How healthy is it really? How can I find out?

We all read lots of information on what foods are good for you, and we believe it without questioning. Now there is a system which measures these foods and ranks them in order of nutritional value.

It’s called the NuVal Nutritional Scoring System, and it summarizes the overall nutritional value of food, using the Institute of Medicine’s Dietary Reference Intakes (quantitative reference values for recommended intakes of nutrients) and the Dietary Guidelines For Americans (advice from the Department of Health and Human Services, HHS, and the Department of Agriculture, USDA, about how good dietary habits can promote health and reduce risk for major chronic diseases) to quantify the presence of more than 30 nutrients.

These 30 nutrients include vitamins, minerals, fibre, and antioxidants; sugar, salt, trans fat, saturated fat, and cholesterol.

The system also incorporates measures for the quality of protein, fat, and carbohydrates, as well as calories and omega-3 fats. The system also takes into account how these nutrients influence health, based on broadly accepted, published scientific literature.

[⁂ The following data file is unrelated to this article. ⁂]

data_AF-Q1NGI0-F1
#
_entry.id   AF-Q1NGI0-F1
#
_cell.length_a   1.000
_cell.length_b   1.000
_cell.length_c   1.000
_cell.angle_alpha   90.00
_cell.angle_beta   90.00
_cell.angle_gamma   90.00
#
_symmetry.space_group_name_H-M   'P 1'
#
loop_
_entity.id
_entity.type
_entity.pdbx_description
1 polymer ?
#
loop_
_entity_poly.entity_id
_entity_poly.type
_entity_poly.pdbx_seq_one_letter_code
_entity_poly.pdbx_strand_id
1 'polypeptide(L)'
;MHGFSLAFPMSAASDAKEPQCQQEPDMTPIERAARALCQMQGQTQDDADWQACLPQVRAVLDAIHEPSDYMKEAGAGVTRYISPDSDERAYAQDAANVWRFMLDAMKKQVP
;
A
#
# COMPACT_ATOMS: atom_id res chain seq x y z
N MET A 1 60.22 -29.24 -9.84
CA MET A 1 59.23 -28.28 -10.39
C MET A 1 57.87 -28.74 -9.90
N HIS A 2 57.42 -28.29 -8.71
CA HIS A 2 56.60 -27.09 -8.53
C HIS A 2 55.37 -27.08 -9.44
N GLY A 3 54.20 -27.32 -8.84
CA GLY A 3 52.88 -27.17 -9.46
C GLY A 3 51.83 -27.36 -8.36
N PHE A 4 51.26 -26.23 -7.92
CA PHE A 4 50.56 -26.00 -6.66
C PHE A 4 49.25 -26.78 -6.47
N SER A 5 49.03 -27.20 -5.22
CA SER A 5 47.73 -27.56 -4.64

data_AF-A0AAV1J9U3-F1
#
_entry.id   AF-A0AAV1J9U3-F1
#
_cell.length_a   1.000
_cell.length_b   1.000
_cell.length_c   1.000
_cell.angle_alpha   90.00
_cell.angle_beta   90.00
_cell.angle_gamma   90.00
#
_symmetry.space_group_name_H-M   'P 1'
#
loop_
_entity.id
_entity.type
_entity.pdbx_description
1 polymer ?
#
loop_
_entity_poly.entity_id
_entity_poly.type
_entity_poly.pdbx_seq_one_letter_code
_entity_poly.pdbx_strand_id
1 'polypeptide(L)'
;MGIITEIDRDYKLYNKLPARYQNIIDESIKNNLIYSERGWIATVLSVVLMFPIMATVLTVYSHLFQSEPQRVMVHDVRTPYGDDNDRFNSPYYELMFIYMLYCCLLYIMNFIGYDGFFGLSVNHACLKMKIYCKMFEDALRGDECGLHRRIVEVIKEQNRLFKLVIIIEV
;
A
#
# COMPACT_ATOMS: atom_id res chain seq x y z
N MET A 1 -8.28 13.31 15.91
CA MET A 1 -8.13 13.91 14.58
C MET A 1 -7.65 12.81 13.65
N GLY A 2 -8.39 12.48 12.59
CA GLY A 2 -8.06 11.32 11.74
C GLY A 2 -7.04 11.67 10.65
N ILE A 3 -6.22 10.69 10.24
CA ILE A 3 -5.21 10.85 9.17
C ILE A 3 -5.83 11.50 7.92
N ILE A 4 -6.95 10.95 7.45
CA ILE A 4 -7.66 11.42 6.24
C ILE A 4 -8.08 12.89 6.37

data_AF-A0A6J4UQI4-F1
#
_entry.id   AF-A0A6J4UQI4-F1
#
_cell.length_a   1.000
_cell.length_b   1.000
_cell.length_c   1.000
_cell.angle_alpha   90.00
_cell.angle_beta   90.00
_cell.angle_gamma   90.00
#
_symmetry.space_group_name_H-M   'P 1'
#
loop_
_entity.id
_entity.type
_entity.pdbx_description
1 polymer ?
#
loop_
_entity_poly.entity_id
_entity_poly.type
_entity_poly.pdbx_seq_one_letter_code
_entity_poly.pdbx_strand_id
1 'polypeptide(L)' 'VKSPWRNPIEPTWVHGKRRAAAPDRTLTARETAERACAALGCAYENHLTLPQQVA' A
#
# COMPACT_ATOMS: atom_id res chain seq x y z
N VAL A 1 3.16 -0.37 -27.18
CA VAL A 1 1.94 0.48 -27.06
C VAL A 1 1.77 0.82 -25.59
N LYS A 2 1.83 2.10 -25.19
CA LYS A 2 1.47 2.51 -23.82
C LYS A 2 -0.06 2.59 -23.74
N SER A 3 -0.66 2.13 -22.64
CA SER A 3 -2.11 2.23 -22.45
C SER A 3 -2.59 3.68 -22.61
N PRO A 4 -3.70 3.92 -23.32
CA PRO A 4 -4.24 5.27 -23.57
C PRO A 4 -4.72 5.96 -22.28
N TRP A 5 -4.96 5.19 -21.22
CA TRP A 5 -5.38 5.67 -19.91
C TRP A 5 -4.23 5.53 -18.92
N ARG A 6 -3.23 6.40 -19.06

How is a NuVal score calculated?


The NuVal Nutritional Scoring System takes more than 30 different nutrients and nutrition factors into account when developing a score, making it a very robust food rating system.

The nutrient content for a food is processed through a complex algorithm developed through a rigorous process by a team of 12 experts. Boiled down to its simplest description, here is how the NuVal Nutritional Scoring System works:

Nutrients with generally favourable effects on health are placed in the numerator, where higher values increase the NuVal score.